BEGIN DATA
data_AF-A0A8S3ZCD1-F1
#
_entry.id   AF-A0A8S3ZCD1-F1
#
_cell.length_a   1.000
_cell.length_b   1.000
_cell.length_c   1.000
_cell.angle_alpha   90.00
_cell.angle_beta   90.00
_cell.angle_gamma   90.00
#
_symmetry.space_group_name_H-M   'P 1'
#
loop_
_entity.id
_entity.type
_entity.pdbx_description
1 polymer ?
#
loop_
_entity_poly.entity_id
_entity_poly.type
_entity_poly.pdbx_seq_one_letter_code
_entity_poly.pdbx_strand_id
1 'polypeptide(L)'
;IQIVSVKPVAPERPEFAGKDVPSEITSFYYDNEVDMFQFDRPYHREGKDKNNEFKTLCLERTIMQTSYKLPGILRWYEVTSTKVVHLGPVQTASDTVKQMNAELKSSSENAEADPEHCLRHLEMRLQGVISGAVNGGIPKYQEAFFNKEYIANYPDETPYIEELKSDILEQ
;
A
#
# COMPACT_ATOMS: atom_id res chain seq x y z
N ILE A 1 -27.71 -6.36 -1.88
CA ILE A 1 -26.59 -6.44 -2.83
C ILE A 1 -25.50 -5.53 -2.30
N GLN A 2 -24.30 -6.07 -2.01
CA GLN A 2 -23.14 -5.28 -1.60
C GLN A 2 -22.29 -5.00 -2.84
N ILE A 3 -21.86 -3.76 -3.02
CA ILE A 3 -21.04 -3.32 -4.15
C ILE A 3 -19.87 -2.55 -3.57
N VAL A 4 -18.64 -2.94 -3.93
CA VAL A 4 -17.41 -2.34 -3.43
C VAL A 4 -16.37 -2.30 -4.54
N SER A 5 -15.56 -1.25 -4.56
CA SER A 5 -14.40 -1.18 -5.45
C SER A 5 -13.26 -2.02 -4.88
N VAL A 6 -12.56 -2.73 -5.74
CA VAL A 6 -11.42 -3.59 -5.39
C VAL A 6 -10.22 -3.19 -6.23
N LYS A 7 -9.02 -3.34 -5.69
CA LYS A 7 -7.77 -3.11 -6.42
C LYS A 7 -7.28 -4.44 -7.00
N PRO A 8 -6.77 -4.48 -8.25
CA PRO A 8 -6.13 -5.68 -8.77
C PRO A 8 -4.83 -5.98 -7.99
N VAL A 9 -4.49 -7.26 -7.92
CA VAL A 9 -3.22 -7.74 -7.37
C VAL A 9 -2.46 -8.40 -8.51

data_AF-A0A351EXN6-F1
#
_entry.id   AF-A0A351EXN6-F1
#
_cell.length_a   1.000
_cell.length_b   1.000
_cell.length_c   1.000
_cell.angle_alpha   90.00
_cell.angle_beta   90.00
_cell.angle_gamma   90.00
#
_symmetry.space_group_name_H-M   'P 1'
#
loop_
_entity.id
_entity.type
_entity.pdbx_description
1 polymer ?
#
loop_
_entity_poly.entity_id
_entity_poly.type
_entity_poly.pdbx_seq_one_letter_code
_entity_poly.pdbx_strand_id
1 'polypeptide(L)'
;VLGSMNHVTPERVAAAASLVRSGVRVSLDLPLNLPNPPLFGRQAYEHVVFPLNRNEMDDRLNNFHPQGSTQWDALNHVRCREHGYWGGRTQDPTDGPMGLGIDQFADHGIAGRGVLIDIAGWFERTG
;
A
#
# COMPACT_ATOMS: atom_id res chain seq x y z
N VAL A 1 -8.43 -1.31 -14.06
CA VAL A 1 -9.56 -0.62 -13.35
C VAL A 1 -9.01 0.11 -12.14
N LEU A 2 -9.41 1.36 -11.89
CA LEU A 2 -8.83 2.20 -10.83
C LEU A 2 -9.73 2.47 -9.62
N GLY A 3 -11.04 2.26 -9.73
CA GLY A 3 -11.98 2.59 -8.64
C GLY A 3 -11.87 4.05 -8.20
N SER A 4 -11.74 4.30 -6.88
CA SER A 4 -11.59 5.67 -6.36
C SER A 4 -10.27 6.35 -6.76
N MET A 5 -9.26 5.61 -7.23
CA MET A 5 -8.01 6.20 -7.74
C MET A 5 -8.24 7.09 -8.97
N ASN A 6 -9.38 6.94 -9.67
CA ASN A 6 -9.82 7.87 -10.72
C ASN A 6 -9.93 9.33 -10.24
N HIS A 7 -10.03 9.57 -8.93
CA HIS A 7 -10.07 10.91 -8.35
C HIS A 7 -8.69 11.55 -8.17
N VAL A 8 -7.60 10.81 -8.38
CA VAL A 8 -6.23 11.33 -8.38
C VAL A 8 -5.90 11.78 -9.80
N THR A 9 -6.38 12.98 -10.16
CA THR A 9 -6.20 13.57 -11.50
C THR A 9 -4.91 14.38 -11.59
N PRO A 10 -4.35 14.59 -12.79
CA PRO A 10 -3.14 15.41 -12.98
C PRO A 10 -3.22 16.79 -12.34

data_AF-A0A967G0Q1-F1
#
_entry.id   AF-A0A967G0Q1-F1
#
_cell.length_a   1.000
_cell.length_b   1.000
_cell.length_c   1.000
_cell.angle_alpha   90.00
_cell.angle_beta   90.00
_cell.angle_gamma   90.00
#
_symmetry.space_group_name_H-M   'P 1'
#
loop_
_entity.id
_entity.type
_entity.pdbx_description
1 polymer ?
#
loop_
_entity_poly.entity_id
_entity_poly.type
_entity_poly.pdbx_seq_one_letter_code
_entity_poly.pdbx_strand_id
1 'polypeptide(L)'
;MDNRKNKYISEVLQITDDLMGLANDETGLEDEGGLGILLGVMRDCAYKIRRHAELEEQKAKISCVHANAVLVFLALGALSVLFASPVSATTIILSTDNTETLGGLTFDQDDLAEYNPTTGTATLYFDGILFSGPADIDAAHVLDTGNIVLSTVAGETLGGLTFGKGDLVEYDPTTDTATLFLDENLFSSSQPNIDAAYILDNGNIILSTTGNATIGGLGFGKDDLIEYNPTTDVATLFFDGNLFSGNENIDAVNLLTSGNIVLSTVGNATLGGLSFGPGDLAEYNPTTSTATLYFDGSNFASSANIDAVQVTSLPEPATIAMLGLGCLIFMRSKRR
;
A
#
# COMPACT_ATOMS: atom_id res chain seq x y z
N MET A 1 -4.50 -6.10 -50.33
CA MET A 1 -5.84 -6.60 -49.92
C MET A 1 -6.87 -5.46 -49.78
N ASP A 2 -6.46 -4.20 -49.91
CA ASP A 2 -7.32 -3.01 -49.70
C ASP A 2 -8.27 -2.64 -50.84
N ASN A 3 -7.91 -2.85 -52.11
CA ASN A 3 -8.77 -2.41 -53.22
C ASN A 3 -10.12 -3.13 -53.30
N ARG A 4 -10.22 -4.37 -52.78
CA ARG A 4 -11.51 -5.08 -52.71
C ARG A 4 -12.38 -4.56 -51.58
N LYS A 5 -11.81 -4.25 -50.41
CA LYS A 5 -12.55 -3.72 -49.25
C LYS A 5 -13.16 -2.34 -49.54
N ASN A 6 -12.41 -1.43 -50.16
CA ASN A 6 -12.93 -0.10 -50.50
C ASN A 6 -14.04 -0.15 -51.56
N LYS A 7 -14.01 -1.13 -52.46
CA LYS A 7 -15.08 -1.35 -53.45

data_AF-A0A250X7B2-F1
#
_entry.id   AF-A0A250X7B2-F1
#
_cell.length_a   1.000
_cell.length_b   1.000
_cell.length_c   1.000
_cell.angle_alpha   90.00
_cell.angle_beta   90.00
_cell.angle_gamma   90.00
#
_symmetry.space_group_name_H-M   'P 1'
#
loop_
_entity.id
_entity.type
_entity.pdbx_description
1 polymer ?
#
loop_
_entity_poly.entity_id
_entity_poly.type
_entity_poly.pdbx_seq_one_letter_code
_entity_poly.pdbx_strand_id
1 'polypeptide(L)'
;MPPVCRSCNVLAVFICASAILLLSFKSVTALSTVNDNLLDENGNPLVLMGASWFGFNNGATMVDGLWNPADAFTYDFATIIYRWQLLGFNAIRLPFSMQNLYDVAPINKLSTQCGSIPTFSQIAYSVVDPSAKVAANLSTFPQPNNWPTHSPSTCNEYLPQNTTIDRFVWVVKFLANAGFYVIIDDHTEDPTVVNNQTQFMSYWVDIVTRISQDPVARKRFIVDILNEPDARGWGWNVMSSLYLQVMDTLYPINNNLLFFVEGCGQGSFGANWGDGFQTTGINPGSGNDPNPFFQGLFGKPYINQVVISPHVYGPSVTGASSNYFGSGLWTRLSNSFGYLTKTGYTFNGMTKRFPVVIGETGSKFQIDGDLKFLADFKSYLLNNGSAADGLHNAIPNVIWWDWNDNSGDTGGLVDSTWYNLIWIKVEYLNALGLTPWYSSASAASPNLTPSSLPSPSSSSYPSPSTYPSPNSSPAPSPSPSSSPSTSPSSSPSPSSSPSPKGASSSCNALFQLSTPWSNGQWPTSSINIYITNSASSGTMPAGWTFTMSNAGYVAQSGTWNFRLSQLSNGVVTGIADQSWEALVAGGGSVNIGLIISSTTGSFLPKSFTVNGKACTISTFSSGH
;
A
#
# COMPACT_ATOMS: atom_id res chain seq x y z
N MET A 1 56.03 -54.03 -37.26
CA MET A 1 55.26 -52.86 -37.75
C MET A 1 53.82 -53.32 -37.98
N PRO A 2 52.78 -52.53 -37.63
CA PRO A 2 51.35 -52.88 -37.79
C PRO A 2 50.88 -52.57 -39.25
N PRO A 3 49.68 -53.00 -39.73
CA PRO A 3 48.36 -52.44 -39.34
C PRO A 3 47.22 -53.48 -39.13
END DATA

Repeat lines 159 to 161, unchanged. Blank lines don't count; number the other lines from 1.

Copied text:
C ARG A 4 -12.38 -4.56 -51.58
N LYS A 5 -11.81 -4.25 -50.41
CA LYS A 5 -12.55 -3.72 -49.25